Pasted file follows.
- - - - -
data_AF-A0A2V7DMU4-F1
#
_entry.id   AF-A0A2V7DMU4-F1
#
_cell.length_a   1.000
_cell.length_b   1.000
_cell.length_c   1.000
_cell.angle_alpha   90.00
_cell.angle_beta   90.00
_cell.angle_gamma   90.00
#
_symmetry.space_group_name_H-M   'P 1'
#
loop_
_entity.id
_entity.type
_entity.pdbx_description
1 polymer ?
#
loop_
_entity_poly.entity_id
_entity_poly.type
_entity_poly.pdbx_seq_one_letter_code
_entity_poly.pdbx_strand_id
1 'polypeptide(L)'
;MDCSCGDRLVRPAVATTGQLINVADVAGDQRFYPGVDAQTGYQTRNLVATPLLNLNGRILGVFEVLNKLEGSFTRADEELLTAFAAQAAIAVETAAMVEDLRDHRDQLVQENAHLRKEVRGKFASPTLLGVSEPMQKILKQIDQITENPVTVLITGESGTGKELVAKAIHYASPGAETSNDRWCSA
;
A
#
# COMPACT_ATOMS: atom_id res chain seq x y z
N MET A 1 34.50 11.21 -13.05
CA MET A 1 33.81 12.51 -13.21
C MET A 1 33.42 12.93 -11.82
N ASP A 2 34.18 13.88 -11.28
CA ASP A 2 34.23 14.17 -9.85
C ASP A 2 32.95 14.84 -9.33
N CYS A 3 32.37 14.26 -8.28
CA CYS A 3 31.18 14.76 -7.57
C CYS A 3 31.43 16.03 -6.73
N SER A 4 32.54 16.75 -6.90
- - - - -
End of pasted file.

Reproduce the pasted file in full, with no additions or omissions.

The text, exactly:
data_AF-A0A2V7DMU4-F1
#
_entry.id   AF-A0A2V7DMU4-F1
#
_cell.length_a   1.000
_cell.length_b   1.000
_cell.length_c   1.000
_cell.angle_alpha   90.00
_cell.angle_beta   90.00
_cell.angle_gamma   90.00
#
_symmetry.space_group_name_H-M   'P 1'
#
loop_
_entity.id
_entity.type
_entity.pdbx_description
1 polymer ?
#
loop_
_entity_poly.entity_id
_entity_poly.type
_entity_poly.pdbx_seq_one_letter_code
_entity_poly.pdbx_strand_id
1 'polypeptide(L)'
;MDCSCGDRLVRPAVATTGQLINVADVAGDQRFYPGVDAQTGYQTRNLVATPLLNLNGRILGVFEVLNKLEGSFTRADEELLTAFAAQAAIAVETAAMVEDLRDHRDQLVQENAHLRKEVRGKFASPTLLGVSEPMQKILKQIDQITENPVTVLITGESGTGKELVAKAIHYASPGAETSNDRWCSA
;
A
#
# COMPACT_ATOMS: atom_id res chain seq x y z
N MET A 1 34.50 11.21 -13.05
CA MET A 1 33.81 12.51 -13.21
C MET A 1 33.42 12.93 -11.82
N ASP A 2 34.18 13.88 -11.28
CA ASP A 2 34.23 14.17 -9.85
C ASP A 2 32.95 14.84 -9.33
N CYS A 3 32.37 14.26 -8.28
CA CYS A 3 31.18 14.76 -7.57
C CYS A 3 31.43 16.03 -6.73
N SER A 4 32.54 16.75 -6.90